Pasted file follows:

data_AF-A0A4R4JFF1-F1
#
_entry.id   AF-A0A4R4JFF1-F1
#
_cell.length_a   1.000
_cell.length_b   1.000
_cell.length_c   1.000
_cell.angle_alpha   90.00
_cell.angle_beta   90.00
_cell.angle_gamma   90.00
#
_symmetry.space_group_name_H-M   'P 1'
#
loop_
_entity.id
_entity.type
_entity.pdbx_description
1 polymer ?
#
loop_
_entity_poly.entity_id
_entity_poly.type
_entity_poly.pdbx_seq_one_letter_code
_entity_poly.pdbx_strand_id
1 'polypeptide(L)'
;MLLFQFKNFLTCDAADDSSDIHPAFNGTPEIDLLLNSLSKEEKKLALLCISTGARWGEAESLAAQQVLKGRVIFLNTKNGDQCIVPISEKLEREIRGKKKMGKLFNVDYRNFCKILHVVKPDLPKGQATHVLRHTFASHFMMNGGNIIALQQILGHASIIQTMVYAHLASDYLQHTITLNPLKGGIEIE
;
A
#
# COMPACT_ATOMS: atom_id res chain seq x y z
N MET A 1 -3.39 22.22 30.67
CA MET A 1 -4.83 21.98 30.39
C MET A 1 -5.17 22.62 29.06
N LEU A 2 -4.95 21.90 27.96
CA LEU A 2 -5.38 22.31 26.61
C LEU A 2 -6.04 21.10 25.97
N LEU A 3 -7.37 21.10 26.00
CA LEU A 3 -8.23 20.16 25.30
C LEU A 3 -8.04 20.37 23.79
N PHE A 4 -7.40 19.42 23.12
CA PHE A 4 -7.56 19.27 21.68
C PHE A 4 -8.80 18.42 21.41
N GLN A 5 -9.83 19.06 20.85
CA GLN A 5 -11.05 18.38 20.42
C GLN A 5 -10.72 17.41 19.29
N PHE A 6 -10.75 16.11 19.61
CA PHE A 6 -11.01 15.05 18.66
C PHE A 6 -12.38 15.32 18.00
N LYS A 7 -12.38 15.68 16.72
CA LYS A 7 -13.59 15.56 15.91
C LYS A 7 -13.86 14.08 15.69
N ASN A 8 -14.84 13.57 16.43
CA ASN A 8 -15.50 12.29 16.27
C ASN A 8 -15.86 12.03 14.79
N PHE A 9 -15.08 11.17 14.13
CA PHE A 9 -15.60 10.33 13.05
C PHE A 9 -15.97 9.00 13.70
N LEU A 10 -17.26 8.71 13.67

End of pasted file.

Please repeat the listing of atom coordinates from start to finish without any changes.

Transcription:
data_AF-A0A4R4JFF1-F1
#
_entry.id   AF-A0A4R4JFF1-F1
#
_cell.length_a   1.000
_cell.length_b   1.000
_cell.length_c   1.000
_cell.angle_alpha   90.00
_cell.angle_beta   90.00
_cell.angle_gamma   90.00
#
_symmetry.space_group_name_H-M   'P 1'
#
loop_
_entity.id
_entity.type
_entity.pdbx_description
1 polymer ?
#
loop_
_entity_poly.entity_id
_entity_poly.type
_entity_poly.pdbx_seq_one_letter_code
_entity_poly.pdbx_strand_id
1 'polypeptide(L)'
;MLLFQFKNFLTCDAADDSSDIHPAFNGTPEIDLLLNSLSKEEKKLALLCISTGARWGEAESLAAQQVLKGRVIFLNTKNGDQCIVPISEKLEREIRGKKKMGKLFNVDYRNFCKILHVVKPDLPKGQATHVLRHTFASHFMMNGGNIIALQQILGHASIIQTMVYAHLASDYLQHTITLNPLKGGIEIE
;
A
#
# COMPACT_ATOMS: atom_id res chain seq x y z
N MET A 1 -3.39 22.22 30.67
CA MET A 1 -4.83 21.98 30.39
C MET A 1 -5.17 22.62 29.06
N LEU A 2 -4.95 21.90 27.96
CA LEU A 2 -5.38 22.31 26.61
C LEU A 2 -6.04 21.10 25.97
N LEU A 3 -7.37 21.10 26.00
CA LEU A 3 -8.23 20.16 25.30
C LEU A 3 -8.04 20.37 23.79
N PHE A 4 -7.40 19.42 23.12
CA PHE A 4 -7.56 19.27 21.68
C PHE A 4 -8.80 18.42 21.41
N GLN A 5 -9.83 19.06 20.85
CA GLN A 5 -11.05 18.38 20.42
C GLN A 5 -10.72 17.41 19.29
N PHE A 6 -10.75 16.11 19.61
CA PHE A 6 -11.01 15.05 18.66
C PHE A 6 -12.38 15.32 18.00
N LYS A 7 -12.38 15.68 16.72
CA LYS A 7 -13.59 15.56 15.91
C LYS A 7 -13.86 14.08 15.69
N ASN A 8 -14.84 13.57 16.43
CA ASN A 8 -15.50 12.29 16.27
C ASN A 8 -15.86 12.03 14.79
N PHE A 9 -15.08 11.17 14.13
CA PHE A 9 -15.60 10.33 13.05
C PHE A 9 -15.97 9.00 13.70
N LEU A 10 -17.26 8.71 13.67